03 Nov 2009

EVALUATING A FRANCHISE OPPORTUNITY

Authored by: Michael Lunjevich

EVALUATING A FRANCHISE OPPORTUNITY

When evaluating a franchise opportunity, prospective franchisees must consider important legal and commercial factors before signing on the dotted line. Hadef & Partners highlights the following as a starting point for clients when preparing their business plan.

There are many issues that should be considered depending on the chosen franchise system or business model and sometimes the industry in which you wish to operate. This checklist should be used as a guide only.

Franchisor and system
Who is the franchisor? How well known are they? How is their system unique? How successful is the brand in other countries? Is this an established franchise system or will you be the first franchisee?
 
Territory 
Are you being given a specific area (e.g. UAE) or just the right to open a store in one particular location (e.g. a store within a shopping mall). Are you obliged to open a certain number of businesses within a certain timeframe (i.e. five stores in five years)?

Exclusivity
Are you being granted the exclusive right to use the brand in the territory? Is exclusivity against third parties or does it also include the franchisor?

Term
How long is the franchisor willing to “licence” the use of the brand to you? Are there any renewal/option periods to extend the term? If so, are there any conditions on exercising the option to renew the term?

Fees
What fees are you required to pay? There is usually a one-off initial fee and on-going franchise fees which can either be a set amount per period (monthly/quarterly/annually) or a percentage of your revenues or profits. If it is a percentage of revenues/profits, consider if there are any minimum or maximum amounts. There can also be many other fees including marketing fees, training fees, pre-opening assistance fees, royalty fees and so on. These fees need to be factored into your operating budgets.

Franchisor’s obligations
Consider what exactly the franchisor is giving you in return for the amount(s) you will pay. Will the franchisor attend to marketing for the whole brand that benefits your business or is it up to you to do local marketing? What systems, manuals and training will you be receiving? Make sure that every deliverable the franchisor has promised you is contained in your franchise agreement.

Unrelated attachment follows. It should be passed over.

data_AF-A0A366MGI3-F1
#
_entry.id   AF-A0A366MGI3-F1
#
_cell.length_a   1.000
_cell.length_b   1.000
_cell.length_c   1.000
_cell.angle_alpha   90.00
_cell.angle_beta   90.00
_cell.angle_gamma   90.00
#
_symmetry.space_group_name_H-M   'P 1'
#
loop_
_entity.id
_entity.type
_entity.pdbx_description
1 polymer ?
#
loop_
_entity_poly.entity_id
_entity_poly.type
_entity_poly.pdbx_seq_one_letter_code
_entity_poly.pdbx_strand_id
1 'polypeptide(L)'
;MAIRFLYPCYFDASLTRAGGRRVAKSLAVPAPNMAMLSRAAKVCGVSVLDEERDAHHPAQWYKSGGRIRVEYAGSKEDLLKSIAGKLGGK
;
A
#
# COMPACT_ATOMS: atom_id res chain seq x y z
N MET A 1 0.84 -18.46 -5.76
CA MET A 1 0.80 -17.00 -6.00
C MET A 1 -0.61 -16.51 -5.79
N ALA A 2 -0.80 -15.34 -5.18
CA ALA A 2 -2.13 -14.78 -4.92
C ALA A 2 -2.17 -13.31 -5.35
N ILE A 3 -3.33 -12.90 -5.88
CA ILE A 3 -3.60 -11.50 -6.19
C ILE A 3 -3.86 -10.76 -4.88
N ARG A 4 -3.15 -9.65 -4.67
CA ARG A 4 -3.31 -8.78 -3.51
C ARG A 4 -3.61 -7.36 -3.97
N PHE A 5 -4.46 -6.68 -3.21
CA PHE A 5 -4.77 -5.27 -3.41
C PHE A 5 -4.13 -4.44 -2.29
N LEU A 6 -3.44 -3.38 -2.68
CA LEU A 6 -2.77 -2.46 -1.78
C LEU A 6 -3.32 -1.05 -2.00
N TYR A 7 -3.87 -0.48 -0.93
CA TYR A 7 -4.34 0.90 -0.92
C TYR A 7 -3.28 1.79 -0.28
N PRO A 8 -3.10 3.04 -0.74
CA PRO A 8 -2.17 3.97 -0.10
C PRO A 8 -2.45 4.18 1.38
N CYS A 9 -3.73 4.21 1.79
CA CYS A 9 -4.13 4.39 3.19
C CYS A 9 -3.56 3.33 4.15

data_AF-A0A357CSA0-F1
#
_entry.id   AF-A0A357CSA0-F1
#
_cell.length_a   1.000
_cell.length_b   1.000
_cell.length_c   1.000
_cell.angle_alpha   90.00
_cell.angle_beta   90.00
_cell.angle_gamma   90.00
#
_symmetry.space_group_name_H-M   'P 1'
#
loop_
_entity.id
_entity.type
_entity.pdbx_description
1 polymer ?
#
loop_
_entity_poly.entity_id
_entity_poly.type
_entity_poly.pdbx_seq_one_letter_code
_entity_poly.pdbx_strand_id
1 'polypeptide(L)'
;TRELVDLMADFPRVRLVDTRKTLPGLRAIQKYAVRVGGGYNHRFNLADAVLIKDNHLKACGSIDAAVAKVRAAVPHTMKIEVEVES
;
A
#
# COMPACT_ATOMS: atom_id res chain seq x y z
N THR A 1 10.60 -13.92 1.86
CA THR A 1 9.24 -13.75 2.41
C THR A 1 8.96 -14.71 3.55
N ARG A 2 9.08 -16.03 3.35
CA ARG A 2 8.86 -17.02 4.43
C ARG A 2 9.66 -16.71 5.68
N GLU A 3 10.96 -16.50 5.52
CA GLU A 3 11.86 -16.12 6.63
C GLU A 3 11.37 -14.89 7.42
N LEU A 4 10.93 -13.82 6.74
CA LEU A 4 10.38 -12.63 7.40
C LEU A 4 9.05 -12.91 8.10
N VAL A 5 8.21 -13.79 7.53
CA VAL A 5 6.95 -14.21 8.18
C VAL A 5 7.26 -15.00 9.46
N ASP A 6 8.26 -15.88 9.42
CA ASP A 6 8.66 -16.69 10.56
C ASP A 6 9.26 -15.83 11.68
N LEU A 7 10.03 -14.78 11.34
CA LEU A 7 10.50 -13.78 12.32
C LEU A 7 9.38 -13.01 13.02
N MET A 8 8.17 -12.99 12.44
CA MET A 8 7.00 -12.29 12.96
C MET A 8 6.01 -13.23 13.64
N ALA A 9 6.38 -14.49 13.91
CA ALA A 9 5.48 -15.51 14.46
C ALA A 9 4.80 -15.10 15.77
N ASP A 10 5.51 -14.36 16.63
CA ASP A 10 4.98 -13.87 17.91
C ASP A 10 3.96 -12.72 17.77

Your obligations
What minimum standards do you have to keep? Do you have to purchase products only from the franchisor? Do you have minimum financial targets, staffing levels, marketing obligations etc? If you are selling products manufactured by the franchisor, do you have to give refunds, fulfil warranties or service requests or does the franchisor do this? What are your confidentiality obligations for the systems, manuals, policies and procedures the franchisors licence to you?

Intellectual property (IP) 
What IP is the franchisor licensing to you? How has the franchisor protected its IP from third parties using it i.e. is there a registered trade mark and if so what “classes” of products are protected?

Premises 
If you rent premises, it is very important your lease term runs alongside your franchise agreement. For example, it is not ideal to have a 10 year franchise agreement but only a five year lease as the landlord may elect not to renew the lease, and you will have to spend further funds refurbishing a new premises. Your lawyer can work with you here to ensure both agreements run parallel.

Termination
What will happen if the business is not successful? Is the franchisor currently involved in any disputes with franchisees or other third parties? Does the franchisor have any rights to take back the franchised business? If there is a dispute with the franchisor, what dispute resolution procedures are to be followed? If the agreement is terminated due to the franchisor’s breach, do you get part of your initial investment back? What is the governing law of disputes and where will disputes be heard?

It is always a good idea to have a lawyer review the franchise agreement before you sign it. Ideally you should involve your lawyer at the early stages of negotiations so that they can work with you to protect your interests and help to get you the most out of your investment.